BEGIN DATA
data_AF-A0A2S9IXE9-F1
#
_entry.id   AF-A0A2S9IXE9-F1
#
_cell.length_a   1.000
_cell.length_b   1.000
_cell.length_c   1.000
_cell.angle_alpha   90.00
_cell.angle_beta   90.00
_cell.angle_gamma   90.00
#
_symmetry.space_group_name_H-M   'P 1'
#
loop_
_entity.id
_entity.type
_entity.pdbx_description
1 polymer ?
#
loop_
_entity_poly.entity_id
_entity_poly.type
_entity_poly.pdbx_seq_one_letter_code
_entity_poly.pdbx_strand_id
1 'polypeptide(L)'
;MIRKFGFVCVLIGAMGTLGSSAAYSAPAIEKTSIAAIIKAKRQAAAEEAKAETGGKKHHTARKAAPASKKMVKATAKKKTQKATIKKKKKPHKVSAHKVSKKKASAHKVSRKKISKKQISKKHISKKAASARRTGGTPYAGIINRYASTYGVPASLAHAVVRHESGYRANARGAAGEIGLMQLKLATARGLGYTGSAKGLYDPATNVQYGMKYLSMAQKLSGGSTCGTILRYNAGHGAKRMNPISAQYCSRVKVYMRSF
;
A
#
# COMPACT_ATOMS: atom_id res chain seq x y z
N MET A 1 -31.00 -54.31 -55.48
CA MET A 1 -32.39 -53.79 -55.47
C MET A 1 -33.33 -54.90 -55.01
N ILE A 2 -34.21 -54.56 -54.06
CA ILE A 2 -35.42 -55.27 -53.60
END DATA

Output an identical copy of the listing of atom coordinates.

data_AF-A0A2S9IXE9-F1
#
_entry.id   AF-A0A2S9IXE9-F1
#
_cell.length_a   1.000
_cell.length_b   1.000
_cell.length_c   1.000
_cell.angle_alpha   90.00
_cell.angle_beta   90.00
_cell.angle_gamma   90.00
#
_symmetry.space_group_name_H-M   'P 1'
#
loop_
_entity.id
_entity.type
_entity.pdbx_description
1 polymer ?
#
loop_
_entity_poly.entity_id
_entity_poly.type
_entity_poly.pdbx_seq_one_letter_code
_entity_poly.pdbx_strand_id
1 'polypeptide(L)'
;MIRKFGFVCVLIGAMGTLGSSAAYSAPAIEKTSIAAIIKAKRQAAAEEAKAETGGKKHHTARKAAPASKKMVKATAKKKTQKATIKKKKKPHKVSAHKVSKKKASAHKVSRKKISKKQISKKHISKKAASARRTGGTPYAGIINRYASTYGVPASLAHAVVRHESGYRANARGAAGEIGLMQLKLATARGLGYTGSAKGLYDPATNVQYGMKYLSMAQKLSGGSTCGTILRYNAGHGAKRMNPISAQYCSRVKVYMRSF
;
A
#
# COMPACT_ATOMS: atom_id res chain seq x y z
N MET A 1 -31.00 -54.31 -55.48
CA MET A 1 -32.39 -53.79 -55.47
C MET A 1 -33.33 -54.90 -55.01
N ILE A 2 -34.21 -54.56 -54.06
CA ILE A 2 -35.42 -55.27 -53.60